Thanks for any advice you can give. I'll try to take video or photos tomorrow.
    Do you have jasmine there, it is a vine with yellow flowers. This is the first year I have had any problem with it, but ai am losing a good many bees to it this year.

  8. #8
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    Atlanta GA
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    Default Re: Very strange problem with one hive - bees clustered on ground

    Why would jasmine cause the bees to do that?

  9. #9
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    Default Re: Very strange problem with one hive - bees clustered on ground

    Quote Originally Posted by SallyD View Post
    Why would jasmine cause the bees to do that?
    There's a lot of different types of flowers that can be bad for bees, all with varying degrees of toxicity and symptoms. It's unlikely that Jasmine would cause the symptoms you're seeing, rather certain kinds of Jasmine will kill off the brood. Here's a quick (certainly not definitive) list:

    Aesculus Californica/ California Buckeye/ California Horse-chestnut - Over time, exposure can cause paralysis and fatal constipation in the bees.
    Balsa Tree - Kills the bees as they are feeding on the nectar. Studies still being done. Scientists cannot identify a toxin in the nectar.
    Cyrilla racemiflora / Southern Leatherwood / Summer Titi - Kills brood. ("purple brood")
    Oak Tree - Pollen can kill brood. Bees will normally avoid if other sources are available.
    Yellow Jessamine/ Carolina Jasmine/ Evening Trumpetflower/ Woodbine - Poisonous nectar. Kills brood.

    There's also a lot of plants that don't hurt the bees, but makes their honey toxic to US (such as Rhododendrons, Oleander, etc.)

    Good luck!

  10. #10
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    Default Re: Very strange problem with one hive - bees clustered on ground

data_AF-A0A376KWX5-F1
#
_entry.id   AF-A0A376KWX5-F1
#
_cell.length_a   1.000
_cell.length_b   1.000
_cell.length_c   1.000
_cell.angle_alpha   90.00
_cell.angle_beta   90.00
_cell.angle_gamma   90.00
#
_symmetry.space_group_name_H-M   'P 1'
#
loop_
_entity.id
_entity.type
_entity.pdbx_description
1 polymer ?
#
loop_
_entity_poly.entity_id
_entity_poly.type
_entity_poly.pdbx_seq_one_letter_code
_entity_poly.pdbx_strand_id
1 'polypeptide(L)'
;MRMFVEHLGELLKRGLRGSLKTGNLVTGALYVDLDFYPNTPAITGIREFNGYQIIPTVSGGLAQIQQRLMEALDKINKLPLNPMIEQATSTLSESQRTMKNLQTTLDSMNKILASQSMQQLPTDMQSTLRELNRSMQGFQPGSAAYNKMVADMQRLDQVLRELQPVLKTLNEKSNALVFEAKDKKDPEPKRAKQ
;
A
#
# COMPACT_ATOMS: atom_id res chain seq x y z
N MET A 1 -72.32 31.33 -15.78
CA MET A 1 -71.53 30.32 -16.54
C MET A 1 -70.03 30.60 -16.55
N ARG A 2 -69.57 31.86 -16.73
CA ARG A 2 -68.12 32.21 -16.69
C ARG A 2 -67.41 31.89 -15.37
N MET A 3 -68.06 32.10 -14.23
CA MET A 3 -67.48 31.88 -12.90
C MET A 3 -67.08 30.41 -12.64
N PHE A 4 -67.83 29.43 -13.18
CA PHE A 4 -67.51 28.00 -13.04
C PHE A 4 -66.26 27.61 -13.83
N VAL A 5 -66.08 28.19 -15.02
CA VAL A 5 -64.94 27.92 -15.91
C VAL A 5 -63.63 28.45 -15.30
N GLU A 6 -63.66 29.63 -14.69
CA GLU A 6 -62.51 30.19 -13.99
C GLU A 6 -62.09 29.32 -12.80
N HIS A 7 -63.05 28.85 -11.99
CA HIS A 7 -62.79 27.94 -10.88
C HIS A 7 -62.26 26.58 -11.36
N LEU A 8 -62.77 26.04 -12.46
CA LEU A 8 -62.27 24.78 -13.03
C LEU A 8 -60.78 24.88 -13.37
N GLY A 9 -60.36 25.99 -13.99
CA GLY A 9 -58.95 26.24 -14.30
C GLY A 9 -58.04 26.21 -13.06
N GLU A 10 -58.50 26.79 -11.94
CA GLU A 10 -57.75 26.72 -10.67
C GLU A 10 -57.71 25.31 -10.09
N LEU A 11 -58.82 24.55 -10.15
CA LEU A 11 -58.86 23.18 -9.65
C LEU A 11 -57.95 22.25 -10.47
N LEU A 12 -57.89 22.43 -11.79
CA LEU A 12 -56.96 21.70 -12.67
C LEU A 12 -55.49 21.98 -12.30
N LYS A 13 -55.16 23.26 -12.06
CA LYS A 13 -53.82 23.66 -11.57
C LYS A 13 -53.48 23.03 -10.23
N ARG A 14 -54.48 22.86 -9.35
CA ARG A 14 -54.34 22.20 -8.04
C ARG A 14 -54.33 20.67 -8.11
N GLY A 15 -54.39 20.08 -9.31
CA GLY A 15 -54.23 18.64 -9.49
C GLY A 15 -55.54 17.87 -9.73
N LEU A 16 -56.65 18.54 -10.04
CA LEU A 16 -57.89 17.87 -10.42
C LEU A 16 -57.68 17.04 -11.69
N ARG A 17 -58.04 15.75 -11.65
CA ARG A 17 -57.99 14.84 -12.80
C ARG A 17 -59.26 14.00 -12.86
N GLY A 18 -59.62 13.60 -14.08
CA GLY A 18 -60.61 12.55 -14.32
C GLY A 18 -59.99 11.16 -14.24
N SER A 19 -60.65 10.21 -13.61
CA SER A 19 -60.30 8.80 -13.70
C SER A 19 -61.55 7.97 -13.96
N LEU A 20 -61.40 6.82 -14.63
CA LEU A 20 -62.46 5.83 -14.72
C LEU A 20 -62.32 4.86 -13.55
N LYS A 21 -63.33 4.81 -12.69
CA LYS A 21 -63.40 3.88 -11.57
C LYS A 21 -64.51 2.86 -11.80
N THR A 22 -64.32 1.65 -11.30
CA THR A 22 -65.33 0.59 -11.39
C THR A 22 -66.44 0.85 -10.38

Yanno, thinking about it, I'd like to see some pictures of the hive, too. You could be looking at a pretty bad nosema outbreak. Don't suppose you have a good quality microscope at home? (What? Doesn't everyone?)

  11. #11
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    SLC, UT
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    Default Re: Very strange problem with one hive - bees clustered on ground

    Thanks to all of you for the valuable input. I hadn't even thought about tracheal mites (and didn't know they were a problem anymore). Since the lineage of this queen is in question (Russell Apiaries Carniolan), I have no idea as to the tolerance they may have for this if any.

    To address a few of the questions; until 3 weeks ago nothing was blooming. The pollen is just coming on here, and although not much is in bloom yet there is a slight nectar flow from what I can see. I'm in zone 6-7. I don't know of jasmine or any of the plants listed above in my area but I suppose it's possible.

    Weather would be fine for a check and I can do so if need be. I was in there 3 weeks ago to check their health, and hive looks good, still tons of honey and they looked healthy and happy. Didn't see the queen, but didn't want to do a full inspection to find her either as it was still pretty cold and I doubted there would be any brood anyway.

    It's been quite dry and I don't see any signs of dysentary but I suppose nosema could be a problem. Inside of the hive was spotless, no feces anywhere.

    As to an update, today there are less 'piles' of bees and less outside on the ground. Activity at the entrance is the same. I did find a few bees that looked very old and shriveled walking around but the wings didn't look similar to the DWV photos I've seen. Those ones look a bit 'shaky' for a lack of a better term. They just look old to me. I did get buzzed a few times so they're slightly more defensive than normal.

    Videos as of this afternoon (sorry about the shaky camera):

    http://www.youtube.com/watch?v=C-zWm...ature=youtu.be

    http://www.youtube.com/watch?v=1ZgbS...ature=youtu.be

    http://www.youtube.com/watch?v=seR_Q...ature=youtu.be

    http://www.youtube.com/watch?v=gFqQz...ature=youtu.be

  12. #12
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    Default Re: Very strange problem with one hive - bees clustered on ground


  13. #13
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    cleveland heights, ohio
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    Default Re: Very strange problem with one hive - bees clustered on ground

    Just wondering whats in the storage tank next to the bees? anything they would get into, something spilled on the ground?